Writing content for the web

by Phyllis
(North Carolina)

Steve,
I read through your site and I absolutely love it! It’s very informative and you go into great detail about how to write for the web. My problem is, I have a lot of ideas for a website theme and content swirling around in my head, but I can’t seem to transfer those ideas onto paper in written form. It seems as though I "freeze up" when I start writing. What are some suggestions to overcome this?



Phyllis, great question (and thanks for your kind words). If I'm understanding your problem correctly, I have precisely the answer for you.

So I hope I understand you correctly!

I think what you're describing is "paralysis by possibility." In other words, there's so much you could be writing about that you can't even get yourself to start.

Did I get you right?

If so, I'm very familiar with the problem. When I was a bratty teenager, there was nothing more daunting than a teacher telling us we could write about anything. (I was interested in nothing!)

As an adult, I have the same problem for a different reason: I'm interested in everything!

In both cases, I needed the same thing: an assignment. As long as I know precisely what I'm supposed to be writing about, I'm off to the races.

I have used the same outfit to create four sites, including The Shared Self Publishing Experience.

Why? Because when I follow their guidance we get impressive traffic. And...

...because following their process results in receiving an endless supply of distinct "assignments."

I'm going to walk you through the initial stages of the process, and you tell me whether it sounds like it's made for you. The company I'm talking about is SBI, or SiteBuildIt.

You'll start with the SBI Action Guide (written or video). It walks you through the theory and practice of planning your site. It tells you what to do, with interfaces not much more complex than using a search engine.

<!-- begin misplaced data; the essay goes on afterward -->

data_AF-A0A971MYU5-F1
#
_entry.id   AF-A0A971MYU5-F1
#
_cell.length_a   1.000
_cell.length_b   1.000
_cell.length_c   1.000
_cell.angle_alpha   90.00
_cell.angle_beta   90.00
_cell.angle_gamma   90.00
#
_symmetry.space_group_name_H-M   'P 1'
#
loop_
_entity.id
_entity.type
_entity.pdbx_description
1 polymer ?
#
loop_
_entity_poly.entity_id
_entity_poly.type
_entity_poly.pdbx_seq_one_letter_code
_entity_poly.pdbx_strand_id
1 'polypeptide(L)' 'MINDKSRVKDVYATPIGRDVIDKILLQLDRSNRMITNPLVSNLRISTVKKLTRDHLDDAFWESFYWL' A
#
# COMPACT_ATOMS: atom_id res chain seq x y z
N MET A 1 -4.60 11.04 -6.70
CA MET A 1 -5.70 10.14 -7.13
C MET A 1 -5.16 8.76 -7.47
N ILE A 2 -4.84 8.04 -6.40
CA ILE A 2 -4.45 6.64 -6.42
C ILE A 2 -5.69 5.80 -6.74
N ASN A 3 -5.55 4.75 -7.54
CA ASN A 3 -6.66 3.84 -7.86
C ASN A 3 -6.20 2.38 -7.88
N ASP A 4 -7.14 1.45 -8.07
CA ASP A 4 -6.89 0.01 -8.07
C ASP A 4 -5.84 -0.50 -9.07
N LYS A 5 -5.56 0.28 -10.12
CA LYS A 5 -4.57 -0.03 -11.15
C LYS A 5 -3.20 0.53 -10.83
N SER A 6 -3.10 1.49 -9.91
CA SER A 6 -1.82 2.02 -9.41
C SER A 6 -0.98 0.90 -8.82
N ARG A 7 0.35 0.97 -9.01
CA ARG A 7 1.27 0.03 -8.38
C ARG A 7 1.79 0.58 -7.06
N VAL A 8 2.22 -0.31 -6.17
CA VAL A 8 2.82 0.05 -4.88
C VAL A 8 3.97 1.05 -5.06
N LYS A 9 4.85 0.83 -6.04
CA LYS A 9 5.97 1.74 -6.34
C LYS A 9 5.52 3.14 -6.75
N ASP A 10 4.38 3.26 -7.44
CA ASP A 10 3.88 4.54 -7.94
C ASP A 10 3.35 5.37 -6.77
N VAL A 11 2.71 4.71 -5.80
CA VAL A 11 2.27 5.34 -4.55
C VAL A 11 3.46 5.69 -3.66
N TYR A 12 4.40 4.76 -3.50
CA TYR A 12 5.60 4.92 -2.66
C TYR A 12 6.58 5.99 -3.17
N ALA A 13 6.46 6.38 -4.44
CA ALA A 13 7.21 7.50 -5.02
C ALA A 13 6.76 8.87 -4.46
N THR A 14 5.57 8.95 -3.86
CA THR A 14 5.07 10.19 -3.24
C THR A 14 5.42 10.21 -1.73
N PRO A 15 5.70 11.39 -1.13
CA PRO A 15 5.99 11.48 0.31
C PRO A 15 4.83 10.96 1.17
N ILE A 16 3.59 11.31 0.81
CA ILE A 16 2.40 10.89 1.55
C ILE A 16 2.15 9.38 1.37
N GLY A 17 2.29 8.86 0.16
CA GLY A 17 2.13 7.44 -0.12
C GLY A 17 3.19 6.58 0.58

Here's the exciting part: you'll be encouraged to begin the process with three different ideas for websites. So you, Phyllis, will pick your three most tempting website notions. Let's say they're

snorkeling
lap dogs
North Carolina politics

You'll approach each of them separately. Your research on snorkeling will tell you what the most popular internet search terms are relating to snorkeling. Subjects like

coral
underwater photography, and
snorkeling vacations...

...will undoubtedly come up. The best of these subjects would be your "assignments" were you to write a snorkeling website. You might have a section of your site devoted to corals and another to snorkeling vacations. The snorkeling vacations section would have pages devoted to Caribbean vacations, Hawaiian vacations, etc.

You would next go through the process for lap dogs and North Carolina politics. What's now happening is that you're outlining the essential theme, structure and content for three different sites. Once you've completed that...

It's time to decide which of the three you're going to go with. You'll base this on

1. Demand - the number of searches on each of the subjects
2. Supply - the number of other websites and pages on the subjects
3. The "Assignments" - now that you have a clearer idea of what you'd be writing about, which is most appealing to you?

The research might rule out some of your subjects right off the bat if the demand is too high or too low. For instance, the data might tell you that no single person could write a comprehensive website on the subject of snorkeling; the subject is too broad.

Your choice then would be either to rule out the subject or re-contemplate a more specific aspect of it, say East Coast (U.S.) Snorkeling.

Similarly, N.C. Politics might be too narrow. Maybe N.C. Government or Southern History would be more on the money.

I hope you can see that this process would help you overcome Paralysis By Possibility, if in fact that's what you're suffering from. But there's another benefit as well (that perhaps you've already inferred)...

You'll be saved from tackling a website that was destined to fail, whether from too little demand or too much competition.

Phyllis, let me know if you have any follow up questions. (Click on "Click here to add your own comments," then fill out the form.) And here's a good place to start learning more about SiteBuildIt.

I hope that helped!

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